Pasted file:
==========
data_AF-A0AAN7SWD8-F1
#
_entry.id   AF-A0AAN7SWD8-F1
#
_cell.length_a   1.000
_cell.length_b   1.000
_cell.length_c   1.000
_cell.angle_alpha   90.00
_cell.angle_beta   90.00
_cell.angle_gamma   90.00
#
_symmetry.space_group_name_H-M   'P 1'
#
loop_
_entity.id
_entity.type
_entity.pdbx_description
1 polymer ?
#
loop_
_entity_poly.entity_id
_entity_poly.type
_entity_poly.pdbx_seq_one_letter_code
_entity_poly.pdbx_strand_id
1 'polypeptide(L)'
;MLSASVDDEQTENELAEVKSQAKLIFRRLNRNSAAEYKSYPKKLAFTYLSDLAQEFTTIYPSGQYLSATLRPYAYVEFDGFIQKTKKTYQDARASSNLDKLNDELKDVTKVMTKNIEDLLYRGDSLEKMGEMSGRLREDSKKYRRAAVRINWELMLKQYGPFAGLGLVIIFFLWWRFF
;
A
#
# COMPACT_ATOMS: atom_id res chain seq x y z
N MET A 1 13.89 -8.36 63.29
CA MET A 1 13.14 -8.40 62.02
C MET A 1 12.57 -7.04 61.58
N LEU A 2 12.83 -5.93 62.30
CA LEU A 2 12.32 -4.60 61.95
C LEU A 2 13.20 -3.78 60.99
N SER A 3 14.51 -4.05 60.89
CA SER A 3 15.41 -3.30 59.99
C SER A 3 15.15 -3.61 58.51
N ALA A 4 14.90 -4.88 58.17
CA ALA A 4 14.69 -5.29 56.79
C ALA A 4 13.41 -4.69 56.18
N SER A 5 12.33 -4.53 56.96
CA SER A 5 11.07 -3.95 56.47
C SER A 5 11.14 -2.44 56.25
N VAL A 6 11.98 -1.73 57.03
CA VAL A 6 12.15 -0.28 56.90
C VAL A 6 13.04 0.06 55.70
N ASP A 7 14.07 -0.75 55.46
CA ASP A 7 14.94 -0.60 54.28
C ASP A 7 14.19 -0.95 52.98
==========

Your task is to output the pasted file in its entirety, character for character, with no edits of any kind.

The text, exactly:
data_AF-A0AAN7SWD8-F1
#
_entry.id   AF-A0AAN7SWD8-F1
#
_cell.length_a   1.000
_cell.length_b   1.000
_cell.length_c   1.000
_cell.angle_alpha   90.00
_cell.angle_beta   90.00
_cell.angle_gamma   90.00
#
_symmetry.space_group_name_H-M   'P 1'
#
loop_
_entity.id
_entity.type
_entity.pdbx_description
1 polymer ?
#
loop_
_entity_poly.entity_id
_entity_poly.type
_entity_poly.pdbx_seq_one_letter_code
_entity_poly.pdbx_strand_id
1 'polypeptide(L)'
;MLSASVDDEQTENELAEVKSQAKLIFRRLNRNSAAEYKSYPKKLAFTYLSDLAQEFTTIYPSGQYLSATLRPYAYVEFDGFIQKTKKTYQDARASSNLDKLNDELKDVTKVMTKNIEDLLYRGDSLEKMGEMSGRLREDSKKYRRAAVRINWELMLKQYGPFAGLGLVIIFFLWWRFF
;
A
#
# COMPACT_ATOMS: atom_id res chain seq x y z
N MET A 1 13.89 -8.36 63.29
CA MET A 1 13.14 -8.40 62.02
C MET A 1 12.57 -7.04 61.58
N LEU A 2 12.83 -5.93 62.30
CA LEU A 2 12.32 -4.60 61.95
C LEU A 2 13.20 -3.78 60.99
N SER A 3 14.51 -4.05 60.89
CA SER A 3 15.41 -3.30 59.99
C SER A 3 15.15 -3.61 58.51
N ALA A 4 14.90 -4.88 58.17
CA ALA A 4 14.69 -5.29 56.79
C ALA A 4 13.41 -4.69 56.18
N SER A 5 12.33 -4.53 56.96
CA SER A 5 11.07 -3.95 56.47
C SER A 5 11.14 -2.44 56.25
N VAL A 6 11.98 -1.73 57.03
CA VAL A 6 12.15 -0.28 56.90
C VAL A 6 13.04 0.06 55.70
N ASP A 7 14.07 -0.75 55.46
CA ASP A 7 14.94 -0.60 54.28
C ASP A 7 14.19 -0.95 52.98